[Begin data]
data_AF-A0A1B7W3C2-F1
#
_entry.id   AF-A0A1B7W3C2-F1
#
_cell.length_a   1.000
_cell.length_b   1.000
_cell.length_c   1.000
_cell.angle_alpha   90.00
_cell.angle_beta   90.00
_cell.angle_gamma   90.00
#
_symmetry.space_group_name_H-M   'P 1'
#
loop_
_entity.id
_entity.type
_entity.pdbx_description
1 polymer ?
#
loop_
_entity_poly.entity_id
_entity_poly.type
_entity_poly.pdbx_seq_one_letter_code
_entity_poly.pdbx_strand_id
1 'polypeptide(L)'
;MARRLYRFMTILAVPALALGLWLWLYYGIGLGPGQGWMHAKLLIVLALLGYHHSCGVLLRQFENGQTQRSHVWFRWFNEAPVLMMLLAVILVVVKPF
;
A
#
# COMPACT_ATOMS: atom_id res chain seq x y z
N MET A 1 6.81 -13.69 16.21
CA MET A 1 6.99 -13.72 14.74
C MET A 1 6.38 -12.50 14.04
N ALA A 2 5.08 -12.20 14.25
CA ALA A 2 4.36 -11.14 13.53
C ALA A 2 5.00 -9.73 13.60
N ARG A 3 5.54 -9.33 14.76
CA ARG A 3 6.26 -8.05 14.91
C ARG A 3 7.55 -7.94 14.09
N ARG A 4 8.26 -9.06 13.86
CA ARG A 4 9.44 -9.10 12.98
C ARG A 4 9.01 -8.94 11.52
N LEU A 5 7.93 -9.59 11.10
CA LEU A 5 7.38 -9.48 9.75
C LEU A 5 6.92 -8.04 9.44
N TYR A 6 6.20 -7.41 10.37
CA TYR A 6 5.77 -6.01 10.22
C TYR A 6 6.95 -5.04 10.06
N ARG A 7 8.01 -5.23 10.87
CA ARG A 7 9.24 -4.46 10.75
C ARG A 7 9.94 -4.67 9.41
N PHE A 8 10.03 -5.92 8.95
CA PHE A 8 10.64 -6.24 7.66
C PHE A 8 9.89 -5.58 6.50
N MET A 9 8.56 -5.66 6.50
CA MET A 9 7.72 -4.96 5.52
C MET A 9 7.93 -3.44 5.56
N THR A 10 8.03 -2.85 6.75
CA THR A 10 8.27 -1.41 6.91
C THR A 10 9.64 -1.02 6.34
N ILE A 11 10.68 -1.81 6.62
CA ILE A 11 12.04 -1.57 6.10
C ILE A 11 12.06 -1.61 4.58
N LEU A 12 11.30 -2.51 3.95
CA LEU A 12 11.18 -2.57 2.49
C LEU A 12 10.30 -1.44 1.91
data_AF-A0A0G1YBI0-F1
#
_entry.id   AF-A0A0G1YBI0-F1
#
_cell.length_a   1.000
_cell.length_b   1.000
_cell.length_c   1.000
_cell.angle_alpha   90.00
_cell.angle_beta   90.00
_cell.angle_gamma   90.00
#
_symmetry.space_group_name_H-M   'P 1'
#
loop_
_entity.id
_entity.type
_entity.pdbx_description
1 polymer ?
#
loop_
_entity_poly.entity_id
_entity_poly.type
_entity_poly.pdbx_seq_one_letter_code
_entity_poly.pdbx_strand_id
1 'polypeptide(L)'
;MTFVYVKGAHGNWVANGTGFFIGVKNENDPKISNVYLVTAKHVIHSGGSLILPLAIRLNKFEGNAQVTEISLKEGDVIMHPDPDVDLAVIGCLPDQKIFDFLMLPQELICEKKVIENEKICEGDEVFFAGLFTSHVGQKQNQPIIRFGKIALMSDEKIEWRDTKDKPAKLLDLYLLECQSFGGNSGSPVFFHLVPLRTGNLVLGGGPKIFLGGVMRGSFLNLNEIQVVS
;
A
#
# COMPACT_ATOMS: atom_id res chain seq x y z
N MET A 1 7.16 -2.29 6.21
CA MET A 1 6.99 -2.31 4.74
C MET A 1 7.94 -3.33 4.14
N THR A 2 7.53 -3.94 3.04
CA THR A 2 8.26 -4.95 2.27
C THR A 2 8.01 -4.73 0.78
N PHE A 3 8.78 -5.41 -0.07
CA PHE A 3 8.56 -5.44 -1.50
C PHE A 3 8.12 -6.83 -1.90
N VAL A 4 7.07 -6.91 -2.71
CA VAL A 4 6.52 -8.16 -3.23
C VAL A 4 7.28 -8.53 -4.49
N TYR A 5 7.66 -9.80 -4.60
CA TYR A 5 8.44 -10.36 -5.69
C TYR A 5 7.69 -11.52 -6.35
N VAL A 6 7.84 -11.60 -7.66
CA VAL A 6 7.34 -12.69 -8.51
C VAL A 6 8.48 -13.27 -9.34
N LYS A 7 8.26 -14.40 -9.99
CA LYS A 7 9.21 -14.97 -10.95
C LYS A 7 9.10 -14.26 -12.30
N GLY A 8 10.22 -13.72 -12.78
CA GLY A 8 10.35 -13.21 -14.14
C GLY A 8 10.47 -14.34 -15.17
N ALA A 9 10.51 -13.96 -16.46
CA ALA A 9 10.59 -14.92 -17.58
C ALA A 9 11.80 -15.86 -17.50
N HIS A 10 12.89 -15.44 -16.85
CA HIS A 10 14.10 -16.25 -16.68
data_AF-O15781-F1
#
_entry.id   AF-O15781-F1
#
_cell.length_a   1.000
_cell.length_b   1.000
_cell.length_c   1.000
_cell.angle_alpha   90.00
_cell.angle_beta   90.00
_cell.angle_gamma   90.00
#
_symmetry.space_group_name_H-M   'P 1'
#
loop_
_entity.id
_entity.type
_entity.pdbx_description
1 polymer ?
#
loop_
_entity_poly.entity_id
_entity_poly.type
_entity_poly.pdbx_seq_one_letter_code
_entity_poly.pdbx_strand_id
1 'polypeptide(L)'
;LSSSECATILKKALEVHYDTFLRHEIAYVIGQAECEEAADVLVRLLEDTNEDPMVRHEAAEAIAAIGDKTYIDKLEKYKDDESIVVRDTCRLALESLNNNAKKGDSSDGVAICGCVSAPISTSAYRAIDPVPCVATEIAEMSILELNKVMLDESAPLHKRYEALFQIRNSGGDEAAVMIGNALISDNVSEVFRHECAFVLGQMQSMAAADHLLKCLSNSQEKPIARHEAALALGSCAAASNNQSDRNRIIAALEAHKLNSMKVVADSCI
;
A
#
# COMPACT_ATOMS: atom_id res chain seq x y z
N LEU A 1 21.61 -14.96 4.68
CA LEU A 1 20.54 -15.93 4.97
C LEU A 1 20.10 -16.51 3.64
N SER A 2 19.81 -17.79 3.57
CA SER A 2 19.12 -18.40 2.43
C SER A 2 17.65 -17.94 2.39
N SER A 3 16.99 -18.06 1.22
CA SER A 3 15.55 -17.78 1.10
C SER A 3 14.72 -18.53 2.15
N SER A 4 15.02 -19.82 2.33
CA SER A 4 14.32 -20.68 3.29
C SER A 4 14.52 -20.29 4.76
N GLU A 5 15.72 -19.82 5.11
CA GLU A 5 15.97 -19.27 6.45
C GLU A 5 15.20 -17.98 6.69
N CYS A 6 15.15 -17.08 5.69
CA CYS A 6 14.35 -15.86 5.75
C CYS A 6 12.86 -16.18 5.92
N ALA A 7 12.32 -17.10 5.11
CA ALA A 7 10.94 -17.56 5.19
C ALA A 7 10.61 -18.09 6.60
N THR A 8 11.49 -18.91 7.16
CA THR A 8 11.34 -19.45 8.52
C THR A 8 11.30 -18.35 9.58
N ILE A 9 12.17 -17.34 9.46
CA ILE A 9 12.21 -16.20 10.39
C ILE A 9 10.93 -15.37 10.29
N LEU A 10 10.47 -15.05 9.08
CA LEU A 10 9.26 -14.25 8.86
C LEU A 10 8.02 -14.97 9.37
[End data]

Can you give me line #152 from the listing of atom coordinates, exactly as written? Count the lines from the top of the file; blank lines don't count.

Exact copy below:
;